Tuesday, February 20, 2018
Book Review: 'Clean' by Mia Kerick
If ever there were a time for the books of Mia Kerick it is now. The talented author has eleven novels to her name: she works for a publishing company committed to expanding the availability of books for teens featuring diverse characters, including those on the LGBTQ spectrum. Her YA novels deal with vital contemporary issues such as coming out, body image, bullying, gender identity, and spirituality. In CLEAN she steps fully stage front and center with the current attention being paid to substance abuse among young people. But Mia doesn't stop with a au courant idea: this book is so well written that it no doubt will be in line for awards this year. Her involvement in the Human Rights Campaign is a model for not only all parents but for all citizens who are concerned about the future of our youth.
Her outline for this excellent and involving story presents the plot well: ‘High school senior Lanny Keating has it all. A three-sport athlete at Lauserville High School looking at a college football scholarship, with a supportive family, stellar grades, boy band good looks… until the fateful day when it all falls apart. Seventeen-year-old Trevor Ladd has always been a publicly declared zero and the high school badboy. Abandoned by his mother and sexually abused by his legal guardian, Trevor sets his sights on mere survival. Lanny seeks out Trevor’s companionship to avoid his shattered home life. Unwilling to share their personal experiences of pain, the boys explore ways to escape, leading them into sexual experimentation, and the abuse of illegal drugs and alcohol. Their mutual suffering creates a lasting bond of friendship and love. When the time finally comes to get clean and sober, or flunk out of high school, only one of the boys will graduate, while the other spirals downward into addiction. Will Lanny and Trevor find the strength to battle their demons of mind-altering substances as well as emotional vulnerability?’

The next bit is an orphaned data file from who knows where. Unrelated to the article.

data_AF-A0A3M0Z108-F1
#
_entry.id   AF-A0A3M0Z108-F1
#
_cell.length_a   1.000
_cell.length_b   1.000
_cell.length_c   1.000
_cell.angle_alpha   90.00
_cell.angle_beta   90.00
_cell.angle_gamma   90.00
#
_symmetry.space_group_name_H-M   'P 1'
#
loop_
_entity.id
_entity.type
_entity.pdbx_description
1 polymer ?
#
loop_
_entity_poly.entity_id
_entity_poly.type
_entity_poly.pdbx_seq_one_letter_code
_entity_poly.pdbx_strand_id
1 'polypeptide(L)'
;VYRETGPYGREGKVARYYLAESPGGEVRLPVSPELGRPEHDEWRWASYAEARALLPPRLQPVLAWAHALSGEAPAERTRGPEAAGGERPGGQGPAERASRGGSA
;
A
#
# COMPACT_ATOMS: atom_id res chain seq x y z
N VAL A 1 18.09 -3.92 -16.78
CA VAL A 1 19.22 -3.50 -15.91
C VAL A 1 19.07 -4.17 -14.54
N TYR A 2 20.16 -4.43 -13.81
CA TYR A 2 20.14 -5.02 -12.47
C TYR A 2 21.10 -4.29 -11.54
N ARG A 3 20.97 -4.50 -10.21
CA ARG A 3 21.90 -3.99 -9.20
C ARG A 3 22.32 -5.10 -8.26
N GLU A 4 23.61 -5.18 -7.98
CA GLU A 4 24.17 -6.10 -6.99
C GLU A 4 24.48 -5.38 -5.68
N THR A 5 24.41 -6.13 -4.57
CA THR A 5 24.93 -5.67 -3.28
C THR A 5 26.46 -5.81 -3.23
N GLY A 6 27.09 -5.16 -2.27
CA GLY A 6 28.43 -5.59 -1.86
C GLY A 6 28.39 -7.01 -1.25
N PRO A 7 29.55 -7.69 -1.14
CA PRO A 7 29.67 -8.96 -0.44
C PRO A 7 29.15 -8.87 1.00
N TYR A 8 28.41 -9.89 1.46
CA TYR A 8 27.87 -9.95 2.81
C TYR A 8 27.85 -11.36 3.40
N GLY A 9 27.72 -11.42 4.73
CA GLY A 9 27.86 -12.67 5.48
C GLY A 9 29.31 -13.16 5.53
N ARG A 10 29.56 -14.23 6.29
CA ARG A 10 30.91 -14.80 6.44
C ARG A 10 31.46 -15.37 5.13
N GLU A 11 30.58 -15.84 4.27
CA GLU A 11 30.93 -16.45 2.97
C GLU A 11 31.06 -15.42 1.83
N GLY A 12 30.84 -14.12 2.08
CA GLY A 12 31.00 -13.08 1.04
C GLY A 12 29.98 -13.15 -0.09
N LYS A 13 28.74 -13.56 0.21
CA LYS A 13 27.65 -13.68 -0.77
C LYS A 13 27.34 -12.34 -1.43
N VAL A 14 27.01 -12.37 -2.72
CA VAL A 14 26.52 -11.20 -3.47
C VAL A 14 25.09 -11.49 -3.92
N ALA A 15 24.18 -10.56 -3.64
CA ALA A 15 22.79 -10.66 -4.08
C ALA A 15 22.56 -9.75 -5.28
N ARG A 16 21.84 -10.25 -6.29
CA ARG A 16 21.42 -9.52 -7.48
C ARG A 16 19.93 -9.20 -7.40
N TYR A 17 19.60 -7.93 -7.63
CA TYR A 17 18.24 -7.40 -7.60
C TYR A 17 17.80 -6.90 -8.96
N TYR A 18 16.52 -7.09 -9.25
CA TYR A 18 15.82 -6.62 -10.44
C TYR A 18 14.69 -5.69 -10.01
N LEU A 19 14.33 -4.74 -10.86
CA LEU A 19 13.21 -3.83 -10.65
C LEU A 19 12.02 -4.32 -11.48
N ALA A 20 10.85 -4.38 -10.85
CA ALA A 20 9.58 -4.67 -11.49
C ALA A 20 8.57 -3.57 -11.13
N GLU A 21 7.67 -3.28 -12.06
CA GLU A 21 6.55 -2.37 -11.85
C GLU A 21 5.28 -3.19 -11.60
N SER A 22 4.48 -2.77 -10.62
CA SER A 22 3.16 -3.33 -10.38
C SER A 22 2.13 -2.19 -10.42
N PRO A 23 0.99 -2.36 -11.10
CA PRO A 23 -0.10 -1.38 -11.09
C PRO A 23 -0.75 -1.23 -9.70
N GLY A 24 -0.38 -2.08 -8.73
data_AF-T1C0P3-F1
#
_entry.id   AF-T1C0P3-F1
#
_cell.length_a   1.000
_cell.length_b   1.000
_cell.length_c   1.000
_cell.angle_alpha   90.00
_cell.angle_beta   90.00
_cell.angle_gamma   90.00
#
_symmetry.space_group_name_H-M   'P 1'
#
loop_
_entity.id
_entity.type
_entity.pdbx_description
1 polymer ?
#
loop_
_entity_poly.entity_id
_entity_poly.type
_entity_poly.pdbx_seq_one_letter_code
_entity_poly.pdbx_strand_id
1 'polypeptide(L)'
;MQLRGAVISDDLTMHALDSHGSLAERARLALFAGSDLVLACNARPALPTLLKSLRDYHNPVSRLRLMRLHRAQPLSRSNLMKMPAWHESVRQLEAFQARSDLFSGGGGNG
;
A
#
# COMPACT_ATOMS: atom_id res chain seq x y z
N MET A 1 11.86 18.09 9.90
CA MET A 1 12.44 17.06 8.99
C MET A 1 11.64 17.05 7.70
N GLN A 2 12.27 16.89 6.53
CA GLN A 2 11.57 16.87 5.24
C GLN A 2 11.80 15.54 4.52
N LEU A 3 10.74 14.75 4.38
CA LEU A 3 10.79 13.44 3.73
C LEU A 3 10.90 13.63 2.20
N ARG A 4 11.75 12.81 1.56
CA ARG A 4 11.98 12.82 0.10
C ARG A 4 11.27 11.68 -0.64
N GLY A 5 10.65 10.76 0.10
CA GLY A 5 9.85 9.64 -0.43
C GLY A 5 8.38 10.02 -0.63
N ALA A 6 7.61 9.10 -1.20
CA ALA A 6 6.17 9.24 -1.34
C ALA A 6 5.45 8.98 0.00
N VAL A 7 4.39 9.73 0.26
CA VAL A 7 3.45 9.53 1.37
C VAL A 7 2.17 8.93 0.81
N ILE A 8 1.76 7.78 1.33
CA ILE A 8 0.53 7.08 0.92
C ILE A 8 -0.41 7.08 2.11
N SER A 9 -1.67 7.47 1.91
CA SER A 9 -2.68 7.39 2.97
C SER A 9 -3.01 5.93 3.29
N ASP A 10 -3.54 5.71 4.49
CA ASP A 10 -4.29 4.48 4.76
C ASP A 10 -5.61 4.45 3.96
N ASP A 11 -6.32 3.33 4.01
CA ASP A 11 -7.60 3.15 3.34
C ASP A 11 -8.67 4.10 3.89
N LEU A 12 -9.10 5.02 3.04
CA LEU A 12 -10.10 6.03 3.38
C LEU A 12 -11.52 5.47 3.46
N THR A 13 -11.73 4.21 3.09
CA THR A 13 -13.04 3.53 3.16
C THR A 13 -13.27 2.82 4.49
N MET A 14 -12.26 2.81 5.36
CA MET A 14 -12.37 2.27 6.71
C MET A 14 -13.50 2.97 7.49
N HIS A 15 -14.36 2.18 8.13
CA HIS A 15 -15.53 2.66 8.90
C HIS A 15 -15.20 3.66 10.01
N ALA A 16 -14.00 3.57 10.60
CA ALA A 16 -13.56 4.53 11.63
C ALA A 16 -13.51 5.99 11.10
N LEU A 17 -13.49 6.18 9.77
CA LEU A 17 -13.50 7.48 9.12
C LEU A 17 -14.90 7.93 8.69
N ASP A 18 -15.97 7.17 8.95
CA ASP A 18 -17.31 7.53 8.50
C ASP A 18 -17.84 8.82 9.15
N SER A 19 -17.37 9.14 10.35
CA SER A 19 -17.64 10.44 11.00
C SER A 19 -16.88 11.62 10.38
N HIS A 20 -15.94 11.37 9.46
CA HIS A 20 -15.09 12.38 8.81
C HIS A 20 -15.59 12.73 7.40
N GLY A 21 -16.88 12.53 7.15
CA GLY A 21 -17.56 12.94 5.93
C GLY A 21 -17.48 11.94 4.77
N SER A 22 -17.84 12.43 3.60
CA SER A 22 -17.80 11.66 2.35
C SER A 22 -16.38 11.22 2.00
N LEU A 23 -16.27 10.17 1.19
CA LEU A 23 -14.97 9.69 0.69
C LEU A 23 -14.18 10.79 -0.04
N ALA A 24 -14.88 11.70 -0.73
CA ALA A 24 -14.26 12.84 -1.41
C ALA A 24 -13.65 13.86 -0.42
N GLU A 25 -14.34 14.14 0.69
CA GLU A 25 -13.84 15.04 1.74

Mia’s way of writing about youth and the problems and choices that confront them is so natural, so conversational that it feels as though we are a part of a conversation t]rather than a reading experience, She understands her language and is able to create credible characters about whom we care very much. This is another fine book from a rising author. Grady Harp, December 15
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